Dark Parties: Citizens United, Independent-Expenditure Networks and the Evolution of Political Parties
45 Pages Posted: 13 Jul 2018 Last revised: 15 Aug 2018
Date Written: June 3, 2018
Following the Supreme Court’s 2010 decision in Citizens United v. FEC, independent expenditures have grown dramatically both in terms of raw dollars and as a percentage of spending in elections. A large and growing portion comes from political nonprofits — so called “dark money” groups — named as such because the terms of their incorporation allows them to partially obscure the sources of their income. I develop a new dataset of about 2,350,000 tax documents released by the IRS and use it to test a new theory of spending in Congressional elections. I posit that the pathways for anonymous giving that emerged from the Citizens United decision allowed ideologically motivated interest groups to form new financial networks and aggressively challenge more established factions of political parties in ways previously unfeasible. Testing this theory, I find strong support that these groups back more extremist candidates — especially in party primaries — than either formal party organizations or access-oriented interest groups. These results give evidence to recent suggestions by some scholars that asymmetric polarization may be in part caused by changes in campaign finance law that empowered these ideologically motivated groups while hobbling efforts of more moderate party factions.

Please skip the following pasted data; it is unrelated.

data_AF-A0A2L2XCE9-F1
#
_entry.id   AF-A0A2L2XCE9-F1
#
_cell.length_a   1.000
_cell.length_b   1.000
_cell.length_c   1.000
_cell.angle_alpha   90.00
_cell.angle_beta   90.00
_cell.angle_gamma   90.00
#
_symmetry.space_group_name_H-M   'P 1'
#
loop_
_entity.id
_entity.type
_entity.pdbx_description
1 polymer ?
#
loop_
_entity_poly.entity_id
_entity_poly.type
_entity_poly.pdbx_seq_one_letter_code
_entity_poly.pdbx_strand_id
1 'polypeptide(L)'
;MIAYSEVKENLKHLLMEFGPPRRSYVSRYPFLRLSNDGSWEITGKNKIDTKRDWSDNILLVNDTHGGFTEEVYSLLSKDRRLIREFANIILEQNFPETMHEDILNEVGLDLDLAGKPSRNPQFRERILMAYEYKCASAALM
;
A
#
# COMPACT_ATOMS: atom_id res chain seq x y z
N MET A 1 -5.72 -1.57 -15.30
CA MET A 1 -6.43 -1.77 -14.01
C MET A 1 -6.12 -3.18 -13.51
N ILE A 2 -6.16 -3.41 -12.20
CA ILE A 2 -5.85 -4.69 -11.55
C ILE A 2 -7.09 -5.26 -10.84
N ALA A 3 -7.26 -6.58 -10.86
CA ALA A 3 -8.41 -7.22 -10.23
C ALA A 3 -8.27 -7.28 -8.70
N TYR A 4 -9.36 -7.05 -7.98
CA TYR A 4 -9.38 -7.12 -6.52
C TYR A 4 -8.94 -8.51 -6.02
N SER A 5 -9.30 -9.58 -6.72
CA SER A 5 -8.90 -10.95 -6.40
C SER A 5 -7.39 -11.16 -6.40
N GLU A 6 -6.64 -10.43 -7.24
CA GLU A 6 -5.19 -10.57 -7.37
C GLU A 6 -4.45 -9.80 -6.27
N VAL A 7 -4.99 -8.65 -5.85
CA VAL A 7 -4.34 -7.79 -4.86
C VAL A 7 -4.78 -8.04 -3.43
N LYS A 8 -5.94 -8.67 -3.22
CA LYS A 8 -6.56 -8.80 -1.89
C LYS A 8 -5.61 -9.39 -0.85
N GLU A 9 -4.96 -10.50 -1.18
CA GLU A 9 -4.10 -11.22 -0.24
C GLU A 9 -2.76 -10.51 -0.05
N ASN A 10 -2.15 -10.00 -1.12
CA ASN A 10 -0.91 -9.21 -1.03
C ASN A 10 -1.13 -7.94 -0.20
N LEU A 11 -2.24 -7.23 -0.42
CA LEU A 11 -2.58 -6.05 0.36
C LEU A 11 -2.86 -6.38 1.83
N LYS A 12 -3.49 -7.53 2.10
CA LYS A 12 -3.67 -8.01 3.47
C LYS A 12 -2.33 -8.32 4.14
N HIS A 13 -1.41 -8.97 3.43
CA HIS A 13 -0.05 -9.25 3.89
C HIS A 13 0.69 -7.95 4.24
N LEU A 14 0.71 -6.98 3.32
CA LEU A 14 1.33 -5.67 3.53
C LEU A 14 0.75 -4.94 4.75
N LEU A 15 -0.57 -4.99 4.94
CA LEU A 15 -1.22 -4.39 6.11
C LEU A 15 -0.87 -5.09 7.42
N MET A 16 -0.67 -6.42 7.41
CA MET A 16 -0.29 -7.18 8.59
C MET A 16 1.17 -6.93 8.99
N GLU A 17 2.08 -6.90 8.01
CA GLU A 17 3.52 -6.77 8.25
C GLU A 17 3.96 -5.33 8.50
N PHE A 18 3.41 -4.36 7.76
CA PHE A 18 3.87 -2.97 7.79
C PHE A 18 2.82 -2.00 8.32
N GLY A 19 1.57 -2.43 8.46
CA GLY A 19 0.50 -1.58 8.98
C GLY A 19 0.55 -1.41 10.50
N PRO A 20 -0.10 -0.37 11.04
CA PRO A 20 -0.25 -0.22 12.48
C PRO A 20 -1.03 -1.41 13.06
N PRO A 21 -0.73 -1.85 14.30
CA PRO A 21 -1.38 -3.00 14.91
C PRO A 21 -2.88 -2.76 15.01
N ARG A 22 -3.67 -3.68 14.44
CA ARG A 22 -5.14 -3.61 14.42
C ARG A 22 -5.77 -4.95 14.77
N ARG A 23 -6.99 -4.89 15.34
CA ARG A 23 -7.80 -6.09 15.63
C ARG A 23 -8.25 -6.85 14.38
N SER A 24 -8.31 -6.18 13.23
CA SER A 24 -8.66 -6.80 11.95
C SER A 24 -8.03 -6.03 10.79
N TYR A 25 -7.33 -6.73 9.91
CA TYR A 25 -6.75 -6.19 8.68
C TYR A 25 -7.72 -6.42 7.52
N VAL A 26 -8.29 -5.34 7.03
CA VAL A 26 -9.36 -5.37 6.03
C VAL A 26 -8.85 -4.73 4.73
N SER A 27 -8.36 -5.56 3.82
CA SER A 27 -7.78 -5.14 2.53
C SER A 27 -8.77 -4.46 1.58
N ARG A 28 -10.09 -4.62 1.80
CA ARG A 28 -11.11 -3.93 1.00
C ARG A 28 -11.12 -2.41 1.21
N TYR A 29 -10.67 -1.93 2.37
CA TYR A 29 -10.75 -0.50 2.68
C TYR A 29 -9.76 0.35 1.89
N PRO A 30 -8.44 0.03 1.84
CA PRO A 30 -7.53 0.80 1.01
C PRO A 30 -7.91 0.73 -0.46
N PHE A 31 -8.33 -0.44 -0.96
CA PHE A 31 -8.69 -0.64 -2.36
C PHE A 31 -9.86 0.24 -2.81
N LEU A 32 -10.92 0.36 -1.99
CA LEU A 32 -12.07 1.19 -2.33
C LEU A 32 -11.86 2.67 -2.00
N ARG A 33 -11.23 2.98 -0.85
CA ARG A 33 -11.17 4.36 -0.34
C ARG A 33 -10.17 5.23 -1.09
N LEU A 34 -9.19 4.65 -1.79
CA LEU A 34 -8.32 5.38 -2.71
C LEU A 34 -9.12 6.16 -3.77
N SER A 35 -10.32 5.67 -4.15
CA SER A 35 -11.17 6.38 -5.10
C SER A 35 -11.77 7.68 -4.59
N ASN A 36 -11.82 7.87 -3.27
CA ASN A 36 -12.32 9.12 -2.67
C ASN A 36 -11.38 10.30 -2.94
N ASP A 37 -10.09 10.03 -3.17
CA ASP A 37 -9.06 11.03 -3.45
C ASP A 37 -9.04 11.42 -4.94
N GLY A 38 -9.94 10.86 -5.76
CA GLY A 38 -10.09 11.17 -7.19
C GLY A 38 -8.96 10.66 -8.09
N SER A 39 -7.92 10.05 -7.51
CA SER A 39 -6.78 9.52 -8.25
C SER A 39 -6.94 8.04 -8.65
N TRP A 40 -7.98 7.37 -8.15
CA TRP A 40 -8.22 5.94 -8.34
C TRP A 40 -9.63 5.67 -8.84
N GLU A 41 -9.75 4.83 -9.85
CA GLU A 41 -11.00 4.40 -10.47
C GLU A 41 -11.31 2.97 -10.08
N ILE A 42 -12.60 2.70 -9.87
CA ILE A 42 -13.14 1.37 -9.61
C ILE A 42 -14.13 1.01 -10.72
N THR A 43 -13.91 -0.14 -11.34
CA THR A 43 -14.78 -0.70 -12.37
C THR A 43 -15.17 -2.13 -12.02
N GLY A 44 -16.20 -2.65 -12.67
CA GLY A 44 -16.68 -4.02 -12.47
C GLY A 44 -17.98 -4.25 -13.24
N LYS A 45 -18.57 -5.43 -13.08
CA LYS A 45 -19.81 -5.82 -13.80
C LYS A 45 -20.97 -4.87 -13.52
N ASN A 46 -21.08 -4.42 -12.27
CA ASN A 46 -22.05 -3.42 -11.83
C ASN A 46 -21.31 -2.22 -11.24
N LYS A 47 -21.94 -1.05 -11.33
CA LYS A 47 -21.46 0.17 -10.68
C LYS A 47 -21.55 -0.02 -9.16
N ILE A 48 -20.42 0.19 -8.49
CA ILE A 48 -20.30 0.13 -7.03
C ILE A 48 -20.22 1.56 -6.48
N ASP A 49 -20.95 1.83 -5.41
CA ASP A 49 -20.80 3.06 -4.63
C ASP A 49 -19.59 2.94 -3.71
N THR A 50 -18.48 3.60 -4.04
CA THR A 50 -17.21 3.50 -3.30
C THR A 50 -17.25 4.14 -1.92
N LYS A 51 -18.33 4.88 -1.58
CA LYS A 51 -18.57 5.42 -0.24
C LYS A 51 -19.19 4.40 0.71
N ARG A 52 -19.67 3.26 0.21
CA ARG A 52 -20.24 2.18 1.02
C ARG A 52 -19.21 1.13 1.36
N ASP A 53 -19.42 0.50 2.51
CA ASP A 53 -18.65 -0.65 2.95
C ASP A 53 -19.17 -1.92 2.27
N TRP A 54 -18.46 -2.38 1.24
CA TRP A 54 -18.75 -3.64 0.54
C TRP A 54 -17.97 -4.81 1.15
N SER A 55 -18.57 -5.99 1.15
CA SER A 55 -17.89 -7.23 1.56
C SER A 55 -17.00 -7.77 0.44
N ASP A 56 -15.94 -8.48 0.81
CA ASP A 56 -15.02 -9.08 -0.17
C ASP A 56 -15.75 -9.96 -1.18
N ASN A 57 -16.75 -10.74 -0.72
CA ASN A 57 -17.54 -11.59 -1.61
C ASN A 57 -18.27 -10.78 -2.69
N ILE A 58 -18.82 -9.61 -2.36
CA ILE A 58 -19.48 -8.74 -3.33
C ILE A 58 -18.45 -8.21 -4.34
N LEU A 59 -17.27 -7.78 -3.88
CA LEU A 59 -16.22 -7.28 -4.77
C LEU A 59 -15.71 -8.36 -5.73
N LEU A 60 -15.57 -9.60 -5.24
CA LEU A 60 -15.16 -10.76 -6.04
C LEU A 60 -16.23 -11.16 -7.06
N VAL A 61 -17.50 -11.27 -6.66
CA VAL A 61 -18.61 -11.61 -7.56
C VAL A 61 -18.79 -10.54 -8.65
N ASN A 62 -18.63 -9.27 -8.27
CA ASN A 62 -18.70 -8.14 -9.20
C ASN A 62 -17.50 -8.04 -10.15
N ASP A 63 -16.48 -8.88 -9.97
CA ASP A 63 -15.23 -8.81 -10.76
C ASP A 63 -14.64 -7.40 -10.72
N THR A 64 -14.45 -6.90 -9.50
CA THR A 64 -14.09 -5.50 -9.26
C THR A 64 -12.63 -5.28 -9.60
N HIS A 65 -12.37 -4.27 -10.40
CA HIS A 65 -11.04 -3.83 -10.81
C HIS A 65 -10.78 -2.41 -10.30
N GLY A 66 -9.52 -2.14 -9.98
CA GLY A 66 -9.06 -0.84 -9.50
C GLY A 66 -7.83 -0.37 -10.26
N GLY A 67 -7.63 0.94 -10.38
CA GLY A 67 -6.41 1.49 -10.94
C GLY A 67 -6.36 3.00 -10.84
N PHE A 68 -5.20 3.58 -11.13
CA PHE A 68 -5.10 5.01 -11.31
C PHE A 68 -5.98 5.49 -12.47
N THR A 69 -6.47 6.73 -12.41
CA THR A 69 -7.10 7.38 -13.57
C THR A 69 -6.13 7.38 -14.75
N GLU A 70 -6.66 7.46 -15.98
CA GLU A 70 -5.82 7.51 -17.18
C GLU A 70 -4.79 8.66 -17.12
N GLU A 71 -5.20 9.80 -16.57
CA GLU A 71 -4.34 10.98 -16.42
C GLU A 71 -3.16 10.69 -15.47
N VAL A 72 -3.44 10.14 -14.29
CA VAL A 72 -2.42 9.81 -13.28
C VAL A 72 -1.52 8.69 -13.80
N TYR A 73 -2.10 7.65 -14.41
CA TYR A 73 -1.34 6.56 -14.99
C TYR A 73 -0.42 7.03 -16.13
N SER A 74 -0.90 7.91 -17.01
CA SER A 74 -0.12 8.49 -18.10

Keywords: dark money, political parties, congress, campaign finance
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